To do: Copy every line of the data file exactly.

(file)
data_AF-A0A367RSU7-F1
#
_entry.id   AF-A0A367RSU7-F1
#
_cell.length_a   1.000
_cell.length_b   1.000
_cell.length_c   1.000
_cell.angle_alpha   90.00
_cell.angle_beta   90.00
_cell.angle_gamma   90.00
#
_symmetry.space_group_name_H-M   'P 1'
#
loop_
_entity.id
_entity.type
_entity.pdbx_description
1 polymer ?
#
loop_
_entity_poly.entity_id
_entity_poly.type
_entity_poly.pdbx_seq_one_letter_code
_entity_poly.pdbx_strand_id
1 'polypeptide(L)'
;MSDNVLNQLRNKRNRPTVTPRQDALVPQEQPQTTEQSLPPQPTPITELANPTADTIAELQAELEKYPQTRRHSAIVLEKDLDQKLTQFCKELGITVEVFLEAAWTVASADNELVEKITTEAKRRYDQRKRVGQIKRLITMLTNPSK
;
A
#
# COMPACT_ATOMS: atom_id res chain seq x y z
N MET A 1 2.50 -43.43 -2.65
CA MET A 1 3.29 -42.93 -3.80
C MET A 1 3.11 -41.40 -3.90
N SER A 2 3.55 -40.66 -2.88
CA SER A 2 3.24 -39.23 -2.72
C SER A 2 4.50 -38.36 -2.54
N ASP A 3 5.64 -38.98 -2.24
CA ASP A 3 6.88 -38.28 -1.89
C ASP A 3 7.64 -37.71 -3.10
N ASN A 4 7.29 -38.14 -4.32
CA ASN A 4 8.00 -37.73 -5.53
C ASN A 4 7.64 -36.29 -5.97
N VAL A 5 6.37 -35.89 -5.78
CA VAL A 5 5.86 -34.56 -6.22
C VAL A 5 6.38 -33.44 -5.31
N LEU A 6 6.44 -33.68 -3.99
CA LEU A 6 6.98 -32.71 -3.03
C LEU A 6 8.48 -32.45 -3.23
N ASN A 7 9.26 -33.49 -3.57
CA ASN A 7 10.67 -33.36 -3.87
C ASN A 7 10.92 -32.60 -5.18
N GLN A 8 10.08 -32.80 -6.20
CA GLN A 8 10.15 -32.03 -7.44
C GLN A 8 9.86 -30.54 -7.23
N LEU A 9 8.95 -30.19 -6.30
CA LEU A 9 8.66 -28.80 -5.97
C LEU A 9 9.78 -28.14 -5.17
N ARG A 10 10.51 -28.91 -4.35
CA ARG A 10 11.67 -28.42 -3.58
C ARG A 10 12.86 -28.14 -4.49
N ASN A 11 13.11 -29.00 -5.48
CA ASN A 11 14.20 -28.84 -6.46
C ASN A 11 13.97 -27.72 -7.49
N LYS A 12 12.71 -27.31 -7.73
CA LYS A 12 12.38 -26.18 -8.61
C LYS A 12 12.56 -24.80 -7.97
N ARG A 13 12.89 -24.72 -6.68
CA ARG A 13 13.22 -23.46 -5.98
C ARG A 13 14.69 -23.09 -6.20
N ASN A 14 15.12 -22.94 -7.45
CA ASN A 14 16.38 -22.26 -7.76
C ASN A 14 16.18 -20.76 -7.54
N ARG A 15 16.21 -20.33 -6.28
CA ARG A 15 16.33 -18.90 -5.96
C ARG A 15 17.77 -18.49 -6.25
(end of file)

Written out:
data_AF-A0A367RSU7-F1
#
_entry.id   AF-A0A367RSU7-F1
#
_cell.length_a   1.000
_cell.length_b   1.000
_cell.length_c   1.000
_cell.angle_alpha   90.00
_cell.angle_beta   90.00
_cell.angle_gamma   90.00
#
_symmetry.space_group_name_H-M   'P 1'
#
loop_
_entity.id
_entity.type
_entity.pdbx_description
1 polymer ?
#
loop_
_entity_poly.entity_id
_entity_poly.type
_entity_poly.pdbx_seq_one_letter_code
_entity_poly.pdbx_strand_id
1 'polypeptide(L)'
;MSDNVLNQLRNKRNRPTVTPRQDALVPQEQPQTTEQSLPPQPTPITELANPTADTIAELQAELEKYPQTRRHSAIVLEKDLDQKLTQFCKELGITVEVFLEAAWTVASADNELVEKITTEAKRRYDQRKRVGQIKRLITMLTNPSK
;
A
#
# COMPACT_ATOMS: atom_id res chain seq x y z
N MET A 1 2.50 -43.43 -2.65
CA MET A 1 3.29 -42.93 -3.80
C MET A 1 3.11 -41.40 -3.90
N SER A 2 3.55 -40.66 -2.88
CA SER A 2 3.24 -39.23 -2.72
C SER A 2 4.50 -38.36 -2.54
N ASP A 3 5.64 -38.98 -2.24
CA ASP A 3 6.88 -38.28 -1.89
C ASP A 3 7.64 -37.71 -3.10
N ASN A 4 7.29 -38.14 -4.32
CA ASN A 4 8.00 -37.73 -5.53
C ASN A 4 7.64 -36.29 -5.97
N VAL A 5 6.37 -35.89 -5.78
CA VAL A 5 5.86 -34.56 -6.22
C VAL A 5 6.38 -33.44 -5.31
N LEU A 6 6.44 -33.68 -3.99
CA LEU A 6 6.98 -32.71 -3.03
C LEU A 6 8.48 -32.45 -3.23
N ASN A 7 9.26 -33.49 -3.57
CA ASN A 7 10.67 -33.36 -3.87
C ASN A 7 10.92 -32.60 -5.18
N GLN A 8 10.08 -32.80 -6.20
CA GLN A 8 10.15 -32.03 -7.44
C GLN A 8 9.86 -30.54 -7.23
N LEU A 9 8.95 -30.19 -6.30
CA LEU A 9 8.66 -28.80 -5.97
C LEU A 9 9.78 -28.14 -5.17
N ARG A 10 10.51 -28.91 -4.35
CA ARG A 10 11.67 -28.42 -3.58
C ARG A 10 12.86 -28.14 -4.49
N ASN A 11 13.11 -29.00 -5.48
CA ASN A 11 14.20 -28.84 -6.46
C ASN A 11 13.97 -27.72 -7.49
N LYS A 12 12.71 -27.31 -7.73
CA LYS A 12 12.38 -26.18 -8.61
C LYS A 12 12.56 -24.80 -7.97
N ARG A 13 12.89 -24.72 -6.68
CA ARG A 13 13.22 -23.46 -5.98
C ARG A 13 14.69 -23.09 -6.20
N ASN A 14 15.12 -22.94 -7.45
CA ASN A 14 16.38 -22.26 -7.76
C ASN A 14 16.18 -20.76 -7.54
N ARG A 15 16.21 -20.33 -6.28
CA ARG A 15 16.33 -18.90 -5.96
C ARG A 15 17.77 -18.49 -6.25